‘Transience’ is a set of twenty individual oil paintings on mylar, inspired by and based on personal family snapshots from the 1960s-1980s, removing not only the people, but also nearly all structures and evidence of a human footprint. The items that remain include religious monuments, fence posts, and pavement, much as how ancient civilizations are glimpsed in the landscape after significant time has passed. The size, shape, and palette of each painting was chosen to emulate the fading of photographic pigments from age or storage conditions. They depict the everyday views that often end up in the backs of photographs; secondary, strangely oriented, and sometimes forgotten.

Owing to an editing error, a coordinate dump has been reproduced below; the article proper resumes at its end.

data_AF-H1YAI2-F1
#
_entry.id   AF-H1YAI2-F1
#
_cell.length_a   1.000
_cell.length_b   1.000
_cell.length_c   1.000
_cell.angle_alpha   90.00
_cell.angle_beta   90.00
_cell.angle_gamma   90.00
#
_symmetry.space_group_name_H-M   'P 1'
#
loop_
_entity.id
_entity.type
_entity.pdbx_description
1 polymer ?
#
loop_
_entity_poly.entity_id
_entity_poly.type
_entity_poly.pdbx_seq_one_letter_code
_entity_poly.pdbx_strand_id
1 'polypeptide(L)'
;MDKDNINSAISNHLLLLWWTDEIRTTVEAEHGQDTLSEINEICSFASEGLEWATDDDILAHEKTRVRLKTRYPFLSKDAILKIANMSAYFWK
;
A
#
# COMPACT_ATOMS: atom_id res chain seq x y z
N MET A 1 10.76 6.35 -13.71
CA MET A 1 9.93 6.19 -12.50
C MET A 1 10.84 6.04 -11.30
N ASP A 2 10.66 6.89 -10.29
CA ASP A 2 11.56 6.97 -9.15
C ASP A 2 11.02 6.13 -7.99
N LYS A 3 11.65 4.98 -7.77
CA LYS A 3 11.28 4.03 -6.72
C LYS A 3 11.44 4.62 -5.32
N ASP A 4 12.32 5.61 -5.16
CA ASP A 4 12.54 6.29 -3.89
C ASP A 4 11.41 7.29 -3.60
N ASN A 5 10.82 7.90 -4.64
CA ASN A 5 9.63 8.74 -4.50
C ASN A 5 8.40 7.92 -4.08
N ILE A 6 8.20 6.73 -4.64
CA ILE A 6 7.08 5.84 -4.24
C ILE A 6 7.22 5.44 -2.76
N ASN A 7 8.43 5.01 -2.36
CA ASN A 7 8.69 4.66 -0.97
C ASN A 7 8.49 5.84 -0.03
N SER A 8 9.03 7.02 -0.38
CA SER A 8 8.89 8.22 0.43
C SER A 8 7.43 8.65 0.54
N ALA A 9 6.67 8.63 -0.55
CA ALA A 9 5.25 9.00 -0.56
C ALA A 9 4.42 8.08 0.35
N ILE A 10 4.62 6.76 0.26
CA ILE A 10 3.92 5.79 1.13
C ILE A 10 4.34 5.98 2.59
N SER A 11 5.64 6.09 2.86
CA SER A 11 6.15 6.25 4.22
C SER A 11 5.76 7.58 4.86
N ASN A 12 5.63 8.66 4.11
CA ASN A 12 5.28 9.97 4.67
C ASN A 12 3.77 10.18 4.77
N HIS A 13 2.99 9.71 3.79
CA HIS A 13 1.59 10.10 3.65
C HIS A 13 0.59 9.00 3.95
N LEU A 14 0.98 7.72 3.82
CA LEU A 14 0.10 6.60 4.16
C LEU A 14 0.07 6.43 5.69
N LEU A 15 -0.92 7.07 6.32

The work is a consideration of what remains when we are gone, as well as a meditation on absence and time, both in the past and during our current circumstances. Several of the people in the original photographs have already passed, and the rest will eventually, myself included. Do we maintain connection with or feel the presence of those we do not see? Are the memories of people imprinted on the land? The landscape as well, has changed. Many of these trees and flowers and shrubs no longer exist. As such, these paintings, reflecting moments in time from decades past, are also a fiction. The echoes of landscapes that can no longer remember the essence and emotions of the lives that traveled through them. We are transitory, but there is still beauty.